What the city of Geneva lacked in Christendom and spiritual glory, it made up for in architectural and natural beauty. Geneva was to the United Nations what Rome was to Christendom. Its population was incredibly diverse. Its languages were numerous. And so that afternoon when Dag sat on his bed to read his bible, he could not decipher which language was being spoken over his head. He could tell German and French apart. But Italian from Spanish? That was trickier.
He was living in a hostel on the south side of the city. He had a shared room with five other men. They did not know much about him but they knew he was a foreigner. The color of his skin gave him away; to them, he was neither fully white nor black. Yet he belonged to the country as much as they did. It was his mother’s homeland and he had a home there, his grandparents’, deep in the countryside. But he was in Geneva for strategic reasons.
Bearing fruit required sacrifice. Dag had sacrificed being with his family: his wife and his two young sons to plough the spiritual grounds of Geneva. He sensed an evil presence here wherever he went. So he prayed hard and told whomever he could about the saving grace of Jesus Christ.
He put his bible down and got up and to walk to the bathroom. A putrid smell met him, just as he was some feet away. There were no curtains on the stalls, so they showered in view of all. The toilet paper was very thin, and it was always running out.
But he was not there as a tourist. He knew the hostel did not make for comfortable accommodation. It was just extremely cheap. He knew only one person in Geneva. So he had nowhere else to stay. But he more than knew that a powerful church could spring up from a single soul.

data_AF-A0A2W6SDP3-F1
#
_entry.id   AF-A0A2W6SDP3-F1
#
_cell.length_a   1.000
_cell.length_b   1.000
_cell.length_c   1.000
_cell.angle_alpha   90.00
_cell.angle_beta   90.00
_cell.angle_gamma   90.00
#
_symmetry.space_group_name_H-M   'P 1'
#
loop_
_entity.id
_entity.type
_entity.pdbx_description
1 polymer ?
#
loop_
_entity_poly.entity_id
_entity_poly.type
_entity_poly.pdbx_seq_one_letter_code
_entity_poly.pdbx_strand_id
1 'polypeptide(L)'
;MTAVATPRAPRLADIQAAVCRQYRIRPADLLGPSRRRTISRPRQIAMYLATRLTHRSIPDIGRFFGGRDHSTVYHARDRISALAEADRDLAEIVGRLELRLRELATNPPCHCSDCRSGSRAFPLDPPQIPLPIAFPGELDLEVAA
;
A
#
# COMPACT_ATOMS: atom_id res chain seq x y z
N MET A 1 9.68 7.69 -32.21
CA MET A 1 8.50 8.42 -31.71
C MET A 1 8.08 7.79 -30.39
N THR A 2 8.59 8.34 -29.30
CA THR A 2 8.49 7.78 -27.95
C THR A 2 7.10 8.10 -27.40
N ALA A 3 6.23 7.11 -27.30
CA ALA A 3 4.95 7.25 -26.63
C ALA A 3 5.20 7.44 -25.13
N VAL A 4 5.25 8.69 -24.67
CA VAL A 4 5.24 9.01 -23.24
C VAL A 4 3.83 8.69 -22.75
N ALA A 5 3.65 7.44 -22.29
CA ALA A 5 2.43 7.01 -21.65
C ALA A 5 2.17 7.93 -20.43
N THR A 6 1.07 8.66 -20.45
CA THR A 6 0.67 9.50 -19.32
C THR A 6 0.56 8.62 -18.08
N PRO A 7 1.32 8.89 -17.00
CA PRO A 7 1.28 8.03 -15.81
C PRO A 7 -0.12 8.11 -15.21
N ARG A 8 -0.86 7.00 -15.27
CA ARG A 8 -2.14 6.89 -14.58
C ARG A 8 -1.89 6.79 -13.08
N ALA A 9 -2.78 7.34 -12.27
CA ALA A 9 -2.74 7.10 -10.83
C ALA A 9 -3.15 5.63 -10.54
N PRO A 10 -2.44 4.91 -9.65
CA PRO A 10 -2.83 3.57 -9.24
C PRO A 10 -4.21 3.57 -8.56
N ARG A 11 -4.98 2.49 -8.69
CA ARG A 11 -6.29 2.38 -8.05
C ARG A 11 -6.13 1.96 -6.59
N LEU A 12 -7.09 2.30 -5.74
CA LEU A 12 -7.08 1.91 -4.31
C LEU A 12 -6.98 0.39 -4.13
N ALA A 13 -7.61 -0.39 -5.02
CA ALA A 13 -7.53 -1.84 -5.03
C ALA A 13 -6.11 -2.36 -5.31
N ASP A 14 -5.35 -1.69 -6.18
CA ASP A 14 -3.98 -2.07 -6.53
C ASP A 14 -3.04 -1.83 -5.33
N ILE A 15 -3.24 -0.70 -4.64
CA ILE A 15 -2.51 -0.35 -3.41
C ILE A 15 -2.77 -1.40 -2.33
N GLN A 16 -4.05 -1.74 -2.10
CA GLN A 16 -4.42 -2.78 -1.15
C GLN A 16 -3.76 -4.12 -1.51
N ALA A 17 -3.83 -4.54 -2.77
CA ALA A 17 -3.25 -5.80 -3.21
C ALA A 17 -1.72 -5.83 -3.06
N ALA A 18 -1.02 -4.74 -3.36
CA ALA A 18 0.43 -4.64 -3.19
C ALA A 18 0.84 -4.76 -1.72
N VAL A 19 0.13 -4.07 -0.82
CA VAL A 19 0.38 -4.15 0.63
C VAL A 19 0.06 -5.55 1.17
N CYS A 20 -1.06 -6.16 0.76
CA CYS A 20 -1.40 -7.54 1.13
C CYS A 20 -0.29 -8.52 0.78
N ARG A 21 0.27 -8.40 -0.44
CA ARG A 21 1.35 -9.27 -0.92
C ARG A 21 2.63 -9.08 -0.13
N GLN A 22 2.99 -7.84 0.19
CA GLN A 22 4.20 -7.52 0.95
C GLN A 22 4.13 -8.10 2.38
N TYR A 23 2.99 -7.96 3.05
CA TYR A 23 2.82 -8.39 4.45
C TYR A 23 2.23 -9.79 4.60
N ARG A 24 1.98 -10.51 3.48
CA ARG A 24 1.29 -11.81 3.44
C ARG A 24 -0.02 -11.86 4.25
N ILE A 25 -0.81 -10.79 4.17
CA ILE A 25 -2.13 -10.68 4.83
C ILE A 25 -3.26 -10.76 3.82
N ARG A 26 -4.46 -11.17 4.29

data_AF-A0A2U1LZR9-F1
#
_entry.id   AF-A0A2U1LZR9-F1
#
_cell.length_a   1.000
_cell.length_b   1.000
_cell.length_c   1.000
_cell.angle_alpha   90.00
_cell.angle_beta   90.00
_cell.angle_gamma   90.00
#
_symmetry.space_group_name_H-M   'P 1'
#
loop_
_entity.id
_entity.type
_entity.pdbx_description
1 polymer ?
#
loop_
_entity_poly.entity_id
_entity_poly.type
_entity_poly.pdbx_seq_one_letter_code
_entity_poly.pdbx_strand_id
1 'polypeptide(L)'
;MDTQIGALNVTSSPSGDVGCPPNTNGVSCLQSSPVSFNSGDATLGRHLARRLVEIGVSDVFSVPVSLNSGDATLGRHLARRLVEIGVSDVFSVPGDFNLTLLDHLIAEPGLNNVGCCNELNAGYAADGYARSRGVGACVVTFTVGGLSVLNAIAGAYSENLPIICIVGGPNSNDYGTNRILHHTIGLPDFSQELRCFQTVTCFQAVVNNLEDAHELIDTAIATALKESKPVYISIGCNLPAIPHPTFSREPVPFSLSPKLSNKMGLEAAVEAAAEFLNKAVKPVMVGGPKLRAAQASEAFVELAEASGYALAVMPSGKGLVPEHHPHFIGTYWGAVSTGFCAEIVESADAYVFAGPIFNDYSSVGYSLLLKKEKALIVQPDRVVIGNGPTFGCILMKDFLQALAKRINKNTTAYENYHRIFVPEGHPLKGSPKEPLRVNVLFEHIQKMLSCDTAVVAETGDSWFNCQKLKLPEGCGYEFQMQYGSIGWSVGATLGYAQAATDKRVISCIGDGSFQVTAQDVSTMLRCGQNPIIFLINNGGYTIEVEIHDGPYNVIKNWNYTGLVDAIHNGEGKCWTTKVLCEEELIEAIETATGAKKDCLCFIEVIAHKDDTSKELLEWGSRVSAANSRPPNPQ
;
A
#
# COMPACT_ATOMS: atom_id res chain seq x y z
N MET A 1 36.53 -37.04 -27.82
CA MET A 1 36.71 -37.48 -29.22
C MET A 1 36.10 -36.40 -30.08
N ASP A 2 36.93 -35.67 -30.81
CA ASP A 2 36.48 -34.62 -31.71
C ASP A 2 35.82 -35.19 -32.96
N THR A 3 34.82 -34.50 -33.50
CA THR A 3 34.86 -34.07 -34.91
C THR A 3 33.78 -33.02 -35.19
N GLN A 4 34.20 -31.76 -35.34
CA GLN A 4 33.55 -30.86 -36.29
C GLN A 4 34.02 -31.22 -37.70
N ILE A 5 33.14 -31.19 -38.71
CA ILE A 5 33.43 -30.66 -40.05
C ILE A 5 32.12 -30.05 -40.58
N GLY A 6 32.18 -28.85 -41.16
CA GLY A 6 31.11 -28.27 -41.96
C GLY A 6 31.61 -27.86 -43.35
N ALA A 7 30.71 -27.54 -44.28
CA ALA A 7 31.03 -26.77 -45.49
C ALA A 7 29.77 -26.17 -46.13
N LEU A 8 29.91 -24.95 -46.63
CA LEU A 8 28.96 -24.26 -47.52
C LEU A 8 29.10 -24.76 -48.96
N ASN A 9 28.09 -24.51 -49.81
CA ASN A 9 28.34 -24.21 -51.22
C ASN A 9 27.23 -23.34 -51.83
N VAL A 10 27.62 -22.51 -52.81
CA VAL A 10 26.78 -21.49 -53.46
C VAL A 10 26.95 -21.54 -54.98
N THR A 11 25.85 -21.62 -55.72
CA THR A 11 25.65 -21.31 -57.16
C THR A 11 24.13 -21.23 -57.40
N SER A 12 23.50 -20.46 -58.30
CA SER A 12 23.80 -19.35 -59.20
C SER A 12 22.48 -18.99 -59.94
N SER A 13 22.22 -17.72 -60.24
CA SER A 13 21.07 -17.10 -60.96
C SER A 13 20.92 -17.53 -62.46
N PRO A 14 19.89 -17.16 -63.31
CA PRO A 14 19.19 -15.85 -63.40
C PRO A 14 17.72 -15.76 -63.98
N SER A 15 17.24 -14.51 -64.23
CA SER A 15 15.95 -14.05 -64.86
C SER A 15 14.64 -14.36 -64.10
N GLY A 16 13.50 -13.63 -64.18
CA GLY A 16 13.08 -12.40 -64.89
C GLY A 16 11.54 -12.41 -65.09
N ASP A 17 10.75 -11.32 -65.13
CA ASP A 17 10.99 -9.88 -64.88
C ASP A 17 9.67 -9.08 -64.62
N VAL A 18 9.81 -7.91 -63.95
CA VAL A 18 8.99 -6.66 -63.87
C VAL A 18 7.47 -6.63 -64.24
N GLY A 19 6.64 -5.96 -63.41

He washed his hands and stepped back into the shared room. He changed the shirt he had on, grabbed his bible and began to make his way out of the building, down the stairs. His only sheep needed to be visited. But he wouldn’t be the only sheep for long.
He decided to call home on his way back from the visit. The visit had gone well and the sheep seemed to be encouraged. A visit could have several purposes and it was important to go with an objective in mind.
Stepping into a payphone, he dialed the number of his house in Accra, Ghana.
“Maame,” he said. His wife had answered the call.
“Dag,” her voice sounded tired and weary, very unlike her usual self. Worry and guilt seeped into his mind. He felt bad for leaving her all this while. He wished he could be home.
But before he could interject and inquire, she spoke and said, “Dag, your father passed away this morning.”
He did not think he had heard right. But he knew he had. Adelaide would not lie or joke around with something like this.
Heaviness filled his chest and even deeper guilt than he had previously felt. His father! He had not said goodbye!
He hung onto the public payphone and wept. His wife, Adelaide Maame Heward-Mills, who could usually talk and chat with anyone at any point of time, was completely silent. Her husband was thousands of miles away but she could feel his pain as though he were looking her in the eye. She clutched the phone to her chest, plumped herself down in an armchair and she could do nothing, but cry.